Some hunters like the challenge of going after the “slam” of a species or type of game. Turkey hunters speak of having the “royal slam” of taking all five subspecies of North American wild turkeys—Eastern, Rio Grande, Merriam’s, Osceola, and Gould’s.

Wild sheep hunters, like members of the Grand Slam Club/Ovis,have a similar “North American slam” of desert bighorn, Rocky Mountain bighorn, Dall, and stone sheep. Some sheep hunters also go abroad to include argali, Marco Polo, Urial, and Aoudad sheep in their trophy collection, making a “world slam.”

Then you have a handful of archers like Chuck Adams and Dennis Dunn, who have taken all big game species of North American big game.

What about a “grand slam” of upland game birds?

An upland game bird slam would have to include ruffed grouse, sharp-tail grouse, blue grouse, prairie chicken, chukar, Hungarian partridge, ptarmigan, sage grouse, ring-neck pheasants, bobwhite quail, valley quail, scaled quail, Mean’s quail, band-tailed pigeon, mourning dove, and woodcock. You may know of some more. That’s my list to date.

There are at least two more birds on the list that I bet you’ve never heard of: the Chachalaca and the Himalayan Snowcock. Anyone who can honestly say they have taken both of them is indeed a rare bird.

The Chachalaca

Texas has a subtropical gamebird called the Chachalaca. This is a grayish relative of the pheasant, with a russet throat that comes up from Mexico into brushy thickets in the Rio Grande Valley.

Market hunters once pursued Chachalaca, driving its numbers down dramatically. Today in Central America, subsistence hunting, deforestation, and human encroachment have destroyed and fragmented habitats for these birds. In Texas, however, efforts to re-establish viable populations in suitable habitat within historic ranges have proven very successful. The current range of the Chachalaca is limited to Cameron, Hidalgo, Starr, and Willacy counties in the Rio Grande Valley.

Chachalaca hunting season in Texas begins in early November and extends through mid-February. The daily bag limit is five. This bird behaves like pheasants that have been heavily hunted. About the same size as a hen pheasant, the Chachalaca prefers to run or climb through trees and brush rather than fly, making it elusive. It will eat grain, but loves fruit and insects. It is a gray ghost in the bushes, but it does have one weakness—it’s noisy. It gets its name from for the raucous, ear-splitting chorus that a flock makes, especially in the morning.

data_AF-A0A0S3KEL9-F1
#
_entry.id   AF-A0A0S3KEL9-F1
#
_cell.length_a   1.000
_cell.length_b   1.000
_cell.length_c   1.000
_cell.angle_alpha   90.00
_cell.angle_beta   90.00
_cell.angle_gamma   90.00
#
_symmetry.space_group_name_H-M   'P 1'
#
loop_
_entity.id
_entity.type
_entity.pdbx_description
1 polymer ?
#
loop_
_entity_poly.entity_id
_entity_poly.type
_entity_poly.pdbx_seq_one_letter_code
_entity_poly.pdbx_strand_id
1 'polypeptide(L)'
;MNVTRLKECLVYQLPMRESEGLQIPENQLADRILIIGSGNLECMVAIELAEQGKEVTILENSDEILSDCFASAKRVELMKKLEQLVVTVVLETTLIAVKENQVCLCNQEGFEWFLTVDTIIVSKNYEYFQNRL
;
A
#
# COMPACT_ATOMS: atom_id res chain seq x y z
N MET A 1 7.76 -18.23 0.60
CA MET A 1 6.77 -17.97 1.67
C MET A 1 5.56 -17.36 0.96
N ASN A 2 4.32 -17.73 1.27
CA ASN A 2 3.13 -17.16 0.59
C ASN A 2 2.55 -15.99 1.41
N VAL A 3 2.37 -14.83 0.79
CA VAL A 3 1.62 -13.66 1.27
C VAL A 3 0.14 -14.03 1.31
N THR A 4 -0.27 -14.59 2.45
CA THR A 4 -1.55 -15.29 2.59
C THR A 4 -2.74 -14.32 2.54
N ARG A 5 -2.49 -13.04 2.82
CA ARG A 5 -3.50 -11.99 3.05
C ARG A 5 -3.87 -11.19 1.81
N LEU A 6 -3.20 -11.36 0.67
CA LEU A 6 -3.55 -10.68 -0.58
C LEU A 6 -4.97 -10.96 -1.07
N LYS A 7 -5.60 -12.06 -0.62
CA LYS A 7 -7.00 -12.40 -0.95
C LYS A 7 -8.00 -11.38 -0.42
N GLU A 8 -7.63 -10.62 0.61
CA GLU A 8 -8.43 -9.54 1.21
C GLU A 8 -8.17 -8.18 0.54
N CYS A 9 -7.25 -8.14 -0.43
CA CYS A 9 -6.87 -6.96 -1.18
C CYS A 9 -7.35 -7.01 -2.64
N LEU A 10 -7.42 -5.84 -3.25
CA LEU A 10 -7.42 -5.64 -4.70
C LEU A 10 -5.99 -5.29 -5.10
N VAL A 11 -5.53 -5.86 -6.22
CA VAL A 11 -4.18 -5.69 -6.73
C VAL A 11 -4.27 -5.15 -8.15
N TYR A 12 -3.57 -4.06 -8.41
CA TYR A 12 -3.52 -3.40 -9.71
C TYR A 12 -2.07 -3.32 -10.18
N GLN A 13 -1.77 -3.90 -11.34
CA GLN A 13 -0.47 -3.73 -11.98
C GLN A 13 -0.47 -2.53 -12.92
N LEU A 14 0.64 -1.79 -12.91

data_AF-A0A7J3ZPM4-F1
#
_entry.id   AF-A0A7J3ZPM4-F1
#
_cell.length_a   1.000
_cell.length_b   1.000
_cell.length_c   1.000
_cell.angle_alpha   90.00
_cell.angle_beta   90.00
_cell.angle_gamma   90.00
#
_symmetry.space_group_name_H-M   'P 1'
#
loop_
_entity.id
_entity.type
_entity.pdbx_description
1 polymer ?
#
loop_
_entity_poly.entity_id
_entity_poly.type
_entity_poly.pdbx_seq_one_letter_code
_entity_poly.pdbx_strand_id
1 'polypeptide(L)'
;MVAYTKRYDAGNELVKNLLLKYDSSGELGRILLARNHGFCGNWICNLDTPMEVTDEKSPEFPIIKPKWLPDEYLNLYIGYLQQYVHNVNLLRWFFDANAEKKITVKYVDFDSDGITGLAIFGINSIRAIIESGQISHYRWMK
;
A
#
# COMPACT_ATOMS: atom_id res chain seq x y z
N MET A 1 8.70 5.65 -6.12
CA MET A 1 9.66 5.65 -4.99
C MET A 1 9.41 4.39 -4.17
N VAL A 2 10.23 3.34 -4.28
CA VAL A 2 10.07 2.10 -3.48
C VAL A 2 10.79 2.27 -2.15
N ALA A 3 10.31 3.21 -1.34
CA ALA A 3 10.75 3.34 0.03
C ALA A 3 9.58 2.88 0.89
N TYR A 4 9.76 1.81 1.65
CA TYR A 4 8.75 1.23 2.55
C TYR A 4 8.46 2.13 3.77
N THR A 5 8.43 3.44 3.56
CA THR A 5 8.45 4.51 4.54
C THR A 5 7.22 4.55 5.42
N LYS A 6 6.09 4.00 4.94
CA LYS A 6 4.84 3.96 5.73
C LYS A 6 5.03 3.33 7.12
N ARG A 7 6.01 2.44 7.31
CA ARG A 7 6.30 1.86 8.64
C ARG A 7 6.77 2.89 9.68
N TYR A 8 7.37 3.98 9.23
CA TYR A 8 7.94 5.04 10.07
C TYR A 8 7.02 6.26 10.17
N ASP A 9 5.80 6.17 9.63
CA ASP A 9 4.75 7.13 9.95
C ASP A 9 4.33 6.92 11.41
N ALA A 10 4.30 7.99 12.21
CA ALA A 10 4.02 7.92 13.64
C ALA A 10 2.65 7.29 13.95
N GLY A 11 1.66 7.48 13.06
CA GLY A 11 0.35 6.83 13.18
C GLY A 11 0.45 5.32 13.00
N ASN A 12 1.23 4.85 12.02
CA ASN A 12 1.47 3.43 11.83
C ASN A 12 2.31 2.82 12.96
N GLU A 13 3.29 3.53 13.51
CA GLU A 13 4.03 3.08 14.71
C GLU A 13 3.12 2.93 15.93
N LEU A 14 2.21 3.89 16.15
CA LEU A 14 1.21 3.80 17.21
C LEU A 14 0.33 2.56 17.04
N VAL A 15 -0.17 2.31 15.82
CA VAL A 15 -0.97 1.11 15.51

Typically, Chachalaca feed in small flocks of four to six birds. They prefer fruit and tend to select the ripest fruits available. They don’t scratch on the ground for food, however they will feed on insects and invertebrates. They are supposed to be pretty good eating.

The Himalayan Snowcock

In the Ruby Mountains of Nevada, there is an exotic introduced game bird, the Himalayan Snowcock.

The Himalayan Snowcock, or “snow partridge,” is a large member of the pheasant family, gray in color with a white neck and face. The birds can reach over 28 inches long and males can run three to 10 pounds. Males and females are similar in color.

The Himalayan Snowcock was originally found in the mountain ranges of southern Eurasia from the Caucasus to the Himalayas and western China. It was introduced here from Pakistan in 1963 and stocking continued through the late 1970s. Over there, the populations are hanging on, but are not abundant. In Nevada, the birds are thriving.

Snowcock roost up high (10,000 feet or higher) at night and then, like Chukar Partridges, they fly down in the mornings to feed on seeds, plants, and insects. During the day they gradually work their way back up to the evening roosting sites.

Snowcock may be hunted in several Elko County Management Units of White Pine County. As you might expect, you should be in good shape. People hunt Snowcock like Chukars or sharp-tails. It’s hard work, especially at 10,000 feet.

The Snowcock season runs from early September through the end of November with a limit of two birds per day. Open to non-residents, you must have an upland game stamp and a Snowcock hunting free-use permit, which is available online, or from the Department of Wildlife Eastern Region Office, at 60 Youth Center Road, Elko, Nevada 89801, phone (775) 777-2300. Permits can also be e-mailed to hunters from the Elko office. I’ve never tried one, but rumor is that the birds are delicious.

So, if you thought that you had bagged the “grand slam” of North American game birds, did you get a Chachalaca and a Himalayan Snowcock? If you did, that’s a feather in your blaze orange hat.

Chachalaca image copyright iStockPhoto/Warren_Price

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